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Can We Stop Pretending the Associated Press is Unbiased?

Can We Stop Pretending the Associated Press is Unbiased?

Trump Budget Edition

Over the years, we’ve cataloged numerous instances of bias-driven reporting from just about every major news outlet our country has to offer.

The AP is not immune. More concerning about creeping bias in AP reporting is that most major publications, channels, and stations in the U.S. have subscriptions to the Associated Press wire stories.

Last month, there was this gem, published about the dust-up between Sen. Elizabeth Warren and Sen. Mitch McConnell during Jeff Sessions’ confirmation hearings:

“Said worse stuff.”

Today, the AP did it again. This time Trump’s budget proposal received the “impartial” Associated Press treatment.

https://apnews.com/bf0044e17efd405b80fab237d5ead7ba/Trump-budget-would-gut-science,-environment-programs

The article was posted on the AP’s own website:

https://apnews.com/bf0044e17efd405b80fab237d5ead7ba/Trump-budget-would-gut-science,-environment-programs

It’s not for the AP to determine whether Sen. Warren or Sen. McConnell was right. Nor is it their role to decide if Republicans are “climate deniers” (one of the dumbest “insults” in progressivism — no one denies climate exists). They have one job to do — to report the news.

Bias has been creeping into AP wire stories for quite some time now, though recently it’s significantly more blatant.
Seeing as the AP is no longer interested in simply reporting the news, can we stop pretending they’re unbiased?

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Comments

I would quit paying any attention to AP due to their bias except for one problem – I ditched AP thirty years ago due to their inaccuracy. Specifically:

1. The large cylindrical objects suspended from the wings of an EC-130 Hercules aircraft between the engines are not bombs, they are fuel tanks.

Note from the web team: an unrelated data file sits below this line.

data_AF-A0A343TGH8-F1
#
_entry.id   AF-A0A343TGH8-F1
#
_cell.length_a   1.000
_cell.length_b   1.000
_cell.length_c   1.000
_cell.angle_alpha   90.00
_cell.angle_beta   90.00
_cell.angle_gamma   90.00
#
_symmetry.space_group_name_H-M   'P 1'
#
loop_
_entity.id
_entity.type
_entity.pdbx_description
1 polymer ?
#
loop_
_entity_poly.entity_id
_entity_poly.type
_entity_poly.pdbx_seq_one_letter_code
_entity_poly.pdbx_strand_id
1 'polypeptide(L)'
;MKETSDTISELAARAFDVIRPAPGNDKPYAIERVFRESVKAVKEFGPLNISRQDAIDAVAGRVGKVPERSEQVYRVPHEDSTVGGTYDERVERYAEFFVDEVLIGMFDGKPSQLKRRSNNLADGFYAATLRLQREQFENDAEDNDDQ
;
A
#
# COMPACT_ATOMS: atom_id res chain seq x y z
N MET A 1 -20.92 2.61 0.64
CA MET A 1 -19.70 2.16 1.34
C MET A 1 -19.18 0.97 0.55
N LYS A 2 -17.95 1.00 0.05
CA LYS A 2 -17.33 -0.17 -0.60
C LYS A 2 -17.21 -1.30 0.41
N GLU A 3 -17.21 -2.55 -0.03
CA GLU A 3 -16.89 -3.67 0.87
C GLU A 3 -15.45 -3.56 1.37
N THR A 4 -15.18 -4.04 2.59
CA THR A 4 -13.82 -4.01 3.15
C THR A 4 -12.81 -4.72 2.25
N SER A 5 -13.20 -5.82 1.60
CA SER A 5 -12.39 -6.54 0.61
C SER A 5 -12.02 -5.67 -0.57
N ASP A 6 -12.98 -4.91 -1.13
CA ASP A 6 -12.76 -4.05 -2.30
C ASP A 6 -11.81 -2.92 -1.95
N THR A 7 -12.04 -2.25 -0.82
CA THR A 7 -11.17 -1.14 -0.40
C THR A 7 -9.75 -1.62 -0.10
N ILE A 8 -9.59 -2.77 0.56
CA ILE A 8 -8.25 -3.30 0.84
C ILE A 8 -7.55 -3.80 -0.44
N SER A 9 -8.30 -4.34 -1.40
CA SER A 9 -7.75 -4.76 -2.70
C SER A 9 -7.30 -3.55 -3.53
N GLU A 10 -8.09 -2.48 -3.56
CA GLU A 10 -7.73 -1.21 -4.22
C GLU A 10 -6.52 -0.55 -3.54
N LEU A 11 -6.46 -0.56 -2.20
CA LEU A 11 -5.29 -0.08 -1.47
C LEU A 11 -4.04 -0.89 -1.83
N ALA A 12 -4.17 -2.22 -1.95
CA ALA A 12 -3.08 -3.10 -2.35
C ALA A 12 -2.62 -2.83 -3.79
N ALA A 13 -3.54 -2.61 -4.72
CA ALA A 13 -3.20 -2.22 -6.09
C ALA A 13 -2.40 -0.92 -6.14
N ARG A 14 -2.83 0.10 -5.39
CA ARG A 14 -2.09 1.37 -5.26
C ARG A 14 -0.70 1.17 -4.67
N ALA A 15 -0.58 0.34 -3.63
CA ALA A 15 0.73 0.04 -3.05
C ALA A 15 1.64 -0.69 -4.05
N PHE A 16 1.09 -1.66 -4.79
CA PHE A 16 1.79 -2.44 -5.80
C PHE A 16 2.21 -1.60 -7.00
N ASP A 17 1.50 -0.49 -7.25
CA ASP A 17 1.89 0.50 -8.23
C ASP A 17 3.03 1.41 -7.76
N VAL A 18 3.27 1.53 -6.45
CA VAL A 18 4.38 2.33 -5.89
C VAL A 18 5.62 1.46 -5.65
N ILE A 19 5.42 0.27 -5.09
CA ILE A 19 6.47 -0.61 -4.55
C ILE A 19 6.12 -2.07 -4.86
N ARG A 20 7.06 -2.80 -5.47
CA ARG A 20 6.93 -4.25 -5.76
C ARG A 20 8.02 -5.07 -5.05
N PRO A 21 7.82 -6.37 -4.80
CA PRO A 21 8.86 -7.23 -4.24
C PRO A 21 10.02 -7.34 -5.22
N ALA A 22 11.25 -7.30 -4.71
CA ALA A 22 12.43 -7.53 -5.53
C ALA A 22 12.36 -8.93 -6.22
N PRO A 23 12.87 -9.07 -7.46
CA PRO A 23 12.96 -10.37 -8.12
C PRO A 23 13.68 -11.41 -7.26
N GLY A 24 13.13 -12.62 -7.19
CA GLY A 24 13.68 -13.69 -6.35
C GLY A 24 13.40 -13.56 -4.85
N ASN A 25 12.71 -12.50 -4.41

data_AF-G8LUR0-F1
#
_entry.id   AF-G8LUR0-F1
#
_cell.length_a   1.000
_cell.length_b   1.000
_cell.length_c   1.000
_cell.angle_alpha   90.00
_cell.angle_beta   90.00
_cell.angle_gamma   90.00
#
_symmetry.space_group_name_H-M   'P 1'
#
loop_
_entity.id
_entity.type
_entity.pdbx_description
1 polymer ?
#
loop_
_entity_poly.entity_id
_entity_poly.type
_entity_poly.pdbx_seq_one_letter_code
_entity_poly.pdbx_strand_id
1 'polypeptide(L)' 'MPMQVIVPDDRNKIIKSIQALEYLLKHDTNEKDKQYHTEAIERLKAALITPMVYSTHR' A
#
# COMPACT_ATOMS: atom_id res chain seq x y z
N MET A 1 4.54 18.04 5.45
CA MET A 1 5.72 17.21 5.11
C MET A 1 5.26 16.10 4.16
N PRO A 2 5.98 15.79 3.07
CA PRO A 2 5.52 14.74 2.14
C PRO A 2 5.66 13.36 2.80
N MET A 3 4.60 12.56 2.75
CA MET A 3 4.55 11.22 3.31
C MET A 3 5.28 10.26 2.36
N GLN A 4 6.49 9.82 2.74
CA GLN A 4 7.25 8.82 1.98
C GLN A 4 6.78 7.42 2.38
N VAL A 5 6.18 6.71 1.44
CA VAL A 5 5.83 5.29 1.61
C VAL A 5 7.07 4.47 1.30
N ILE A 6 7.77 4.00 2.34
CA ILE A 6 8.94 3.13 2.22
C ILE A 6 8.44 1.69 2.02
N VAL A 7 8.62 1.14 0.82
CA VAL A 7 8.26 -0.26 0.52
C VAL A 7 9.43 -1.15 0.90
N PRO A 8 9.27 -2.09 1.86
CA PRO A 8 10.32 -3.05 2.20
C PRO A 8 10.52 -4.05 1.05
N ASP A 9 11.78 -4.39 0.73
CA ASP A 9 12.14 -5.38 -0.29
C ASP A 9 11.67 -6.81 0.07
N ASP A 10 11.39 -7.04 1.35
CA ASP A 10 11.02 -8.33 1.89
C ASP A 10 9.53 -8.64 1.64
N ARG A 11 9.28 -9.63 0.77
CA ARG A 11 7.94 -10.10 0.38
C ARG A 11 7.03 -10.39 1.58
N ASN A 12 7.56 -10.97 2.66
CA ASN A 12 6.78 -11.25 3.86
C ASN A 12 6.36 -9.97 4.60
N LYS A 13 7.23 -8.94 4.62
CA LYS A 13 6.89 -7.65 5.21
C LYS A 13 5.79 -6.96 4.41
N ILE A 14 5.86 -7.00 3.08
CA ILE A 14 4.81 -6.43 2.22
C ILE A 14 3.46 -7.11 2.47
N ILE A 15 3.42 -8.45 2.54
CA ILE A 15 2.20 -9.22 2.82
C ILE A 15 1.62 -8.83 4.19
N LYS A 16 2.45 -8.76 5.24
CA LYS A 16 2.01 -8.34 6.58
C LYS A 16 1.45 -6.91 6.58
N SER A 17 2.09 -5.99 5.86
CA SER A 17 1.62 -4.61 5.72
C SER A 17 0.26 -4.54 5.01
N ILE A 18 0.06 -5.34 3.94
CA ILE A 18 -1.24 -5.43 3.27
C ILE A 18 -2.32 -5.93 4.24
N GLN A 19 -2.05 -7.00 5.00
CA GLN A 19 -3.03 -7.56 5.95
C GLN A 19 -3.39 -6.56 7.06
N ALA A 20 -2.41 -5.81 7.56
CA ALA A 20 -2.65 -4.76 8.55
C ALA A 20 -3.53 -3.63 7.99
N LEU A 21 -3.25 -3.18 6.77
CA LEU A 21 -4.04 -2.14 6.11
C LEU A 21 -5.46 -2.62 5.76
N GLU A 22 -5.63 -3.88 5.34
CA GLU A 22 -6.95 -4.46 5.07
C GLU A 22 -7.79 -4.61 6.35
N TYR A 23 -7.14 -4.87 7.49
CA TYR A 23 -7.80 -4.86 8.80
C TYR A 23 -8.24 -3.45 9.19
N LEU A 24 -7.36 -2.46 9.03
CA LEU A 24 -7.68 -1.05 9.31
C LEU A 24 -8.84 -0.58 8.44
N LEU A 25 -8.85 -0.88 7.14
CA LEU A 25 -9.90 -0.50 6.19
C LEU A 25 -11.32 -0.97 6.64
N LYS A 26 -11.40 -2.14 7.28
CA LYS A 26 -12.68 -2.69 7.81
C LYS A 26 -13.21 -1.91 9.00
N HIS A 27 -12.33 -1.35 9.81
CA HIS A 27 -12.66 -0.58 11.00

2. I called the local (San Antonio) office of AP to point out an error in one of their stories involving the difference between semi-automatic and full-automatic firearms. The response I received – and this is an exact quote – was “most people would not know the difference anyway.” On that day, at that hour, AP lost all credibility as far as I am concerned.

    “most people would not know the difference anyway.”

    I see that response, and what I read is, “Yea, we know there’s a difference and that our article is inaccurate. But we also know that most of our readers don’t know better, and that our article, inaccurate or not, contributes to policy changes we support. Thus, we are not going to change it or our future reporting on the issue.”

    Credibility? What credibility?

Another Voice | March 16, 2017 at 8:36 pm

Going back to the run up to 2012 and ever since, anytime I see AP as a point of origination of an article, it’s a must to check it out on at least two other sites which will also have picked it up and glean theirs for the ‘crapola” they interjected. They’re also guilty of not only what they put in, but key parts of what they glaze over when they cannot give it a progressive or negative slant.

The culprit is the telecommunications act of 1996. When the AP had to sell its stories to hundreds of outlets, articles had to be written in a non biased way do that all kinds of outlets would buy.

Today 90% of the media is controlled by 220 executives at only 6 companies, and these few people all send their kids to the same schools.

“Bias” is too mild a term. Blatant partisanship is a better description. Powerline has been covering some of their excess. Suffice it to say, I skip over all articles with the AP byline.

My favorite AP bias story was in 2004, the morning after the election, their byline stated that Kerry still had a chance to win the electoral college – but nowhere in the entire article did it even mention the popular vote (Bush won by 3 million).

In the same article however, they went out of their way to declare how bad it was that Bush won in 2000 despite losing the popular vote by approx 500,000.

Biased is too kind a word.

Oh that AP … what a bunch of cards.